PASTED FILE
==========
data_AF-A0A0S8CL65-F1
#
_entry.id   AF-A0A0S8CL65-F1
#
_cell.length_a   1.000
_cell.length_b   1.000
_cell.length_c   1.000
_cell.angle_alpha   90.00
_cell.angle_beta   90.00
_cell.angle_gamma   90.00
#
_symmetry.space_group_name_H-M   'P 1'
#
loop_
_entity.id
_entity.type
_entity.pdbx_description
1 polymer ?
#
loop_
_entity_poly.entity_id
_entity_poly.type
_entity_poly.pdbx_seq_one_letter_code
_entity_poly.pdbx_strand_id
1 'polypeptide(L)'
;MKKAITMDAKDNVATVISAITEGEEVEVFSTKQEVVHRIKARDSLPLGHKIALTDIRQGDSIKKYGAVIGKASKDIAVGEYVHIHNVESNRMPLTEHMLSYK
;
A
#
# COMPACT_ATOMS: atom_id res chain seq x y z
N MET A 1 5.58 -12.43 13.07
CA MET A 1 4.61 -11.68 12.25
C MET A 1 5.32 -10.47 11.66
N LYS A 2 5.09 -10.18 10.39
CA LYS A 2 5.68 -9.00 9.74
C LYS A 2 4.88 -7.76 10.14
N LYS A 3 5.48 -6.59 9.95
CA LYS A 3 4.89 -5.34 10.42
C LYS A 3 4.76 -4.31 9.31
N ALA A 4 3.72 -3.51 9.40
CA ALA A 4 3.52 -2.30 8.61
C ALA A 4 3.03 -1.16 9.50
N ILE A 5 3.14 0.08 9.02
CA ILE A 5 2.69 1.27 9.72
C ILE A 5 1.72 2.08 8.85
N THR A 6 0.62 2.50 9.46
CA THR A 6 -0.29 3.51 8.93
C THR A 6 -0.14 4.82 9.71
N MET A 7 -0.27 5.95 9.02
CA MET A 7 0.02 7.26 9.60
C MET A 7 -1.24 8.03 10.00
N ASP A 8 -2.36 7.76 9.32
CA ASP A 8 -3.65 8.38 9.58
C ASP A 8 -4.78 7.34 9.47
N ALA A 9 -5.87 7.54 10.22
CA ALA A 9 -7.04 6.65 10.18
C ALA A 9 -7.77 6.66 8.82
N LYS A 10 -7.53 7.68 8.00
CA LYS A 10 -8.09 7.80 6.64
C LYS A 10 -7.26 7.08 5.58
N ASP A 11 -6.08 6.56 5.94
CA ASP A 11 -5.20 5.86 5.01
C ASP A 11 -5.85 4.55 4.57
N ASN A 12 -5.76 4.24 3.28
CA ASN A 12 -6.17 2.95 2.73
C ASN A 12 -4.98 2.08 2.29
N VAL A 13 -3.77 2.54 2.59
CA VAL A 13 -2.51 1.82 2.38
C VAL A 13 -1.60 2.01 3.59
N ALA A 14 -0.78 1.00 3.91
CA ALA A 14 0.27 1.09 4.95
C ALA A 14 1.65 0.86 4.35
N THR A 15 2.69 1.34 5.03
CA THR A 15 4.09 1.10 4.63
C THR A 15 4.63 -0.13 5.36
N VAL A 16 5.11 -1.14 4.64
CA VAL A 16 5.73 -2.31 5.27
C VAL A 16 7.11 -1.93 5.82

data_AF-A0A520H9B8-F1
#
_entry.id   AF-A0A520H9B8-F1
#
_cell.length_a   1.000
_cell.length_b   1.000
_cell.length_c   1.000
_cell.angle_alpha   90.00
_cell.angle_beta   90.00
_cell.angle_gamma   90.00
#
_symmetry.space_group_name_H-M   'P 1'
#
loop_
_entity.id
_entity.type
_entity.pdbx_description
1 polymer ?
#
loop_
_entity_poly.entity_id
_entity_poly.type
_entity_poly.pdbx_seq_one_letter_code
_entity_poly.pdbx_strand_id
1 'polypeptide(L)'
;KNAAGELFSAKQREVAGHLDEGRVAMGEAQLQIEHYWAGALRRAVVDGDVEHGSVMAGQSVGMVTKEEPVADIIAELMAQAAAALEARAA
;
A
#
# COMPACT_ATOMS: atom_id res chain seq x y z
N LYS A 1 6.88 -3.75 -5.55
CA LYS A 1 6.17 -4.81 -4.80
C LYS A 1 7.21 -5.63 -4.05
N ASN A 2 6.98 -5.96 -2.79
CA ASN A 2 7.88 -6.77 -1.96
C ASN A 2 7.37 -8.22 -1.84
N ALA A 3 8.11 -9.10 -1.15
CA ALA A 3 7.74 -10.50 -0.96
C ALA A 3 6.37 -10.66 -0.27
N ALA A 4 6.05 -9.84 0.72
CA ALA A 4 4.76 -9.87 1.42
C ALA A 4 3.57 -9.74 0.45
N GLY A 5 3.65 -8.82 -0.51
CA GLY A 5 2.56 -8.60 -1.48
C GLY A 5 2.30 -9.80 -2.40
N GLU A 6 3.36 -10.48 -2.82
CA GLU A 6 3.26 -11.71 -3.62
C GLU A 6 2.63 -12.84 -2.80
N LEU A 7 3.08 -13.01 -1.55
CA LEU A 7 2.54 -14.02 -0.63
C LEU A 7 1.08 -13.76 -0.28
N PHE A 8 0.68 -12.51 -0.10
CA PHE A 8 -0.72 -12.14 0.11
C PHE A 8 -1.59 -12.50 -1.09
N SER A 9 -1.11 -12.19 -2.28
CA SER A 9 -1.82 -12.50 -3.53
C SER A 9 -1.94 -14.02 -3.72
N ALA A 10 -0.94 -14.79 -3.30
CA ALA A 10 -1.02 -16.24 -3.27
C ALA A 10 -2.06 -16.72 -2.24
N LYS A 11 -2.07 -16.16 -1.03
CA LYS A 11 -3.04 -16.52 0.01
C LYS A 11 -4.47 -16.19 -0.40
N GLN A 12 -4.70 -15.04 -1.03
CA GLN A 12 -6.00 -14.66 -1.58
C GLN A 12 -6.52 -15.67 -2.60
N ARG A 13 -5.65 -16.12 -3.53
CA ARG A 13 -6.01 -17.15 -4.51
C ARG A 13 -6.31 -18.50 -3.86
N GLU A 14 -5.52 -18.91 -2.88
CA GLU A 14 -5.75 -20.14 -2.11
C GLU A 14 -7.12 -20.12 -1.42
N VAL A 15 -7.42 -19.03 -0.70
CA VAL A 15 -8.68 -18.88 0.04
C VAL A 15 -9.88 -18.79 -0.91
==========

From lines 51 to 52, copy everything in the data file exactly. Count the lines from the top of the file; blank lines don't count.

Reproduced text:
C MET A 7 -1.24 8.03 10.00
N ASP A 8 -2.36 7.76 9.32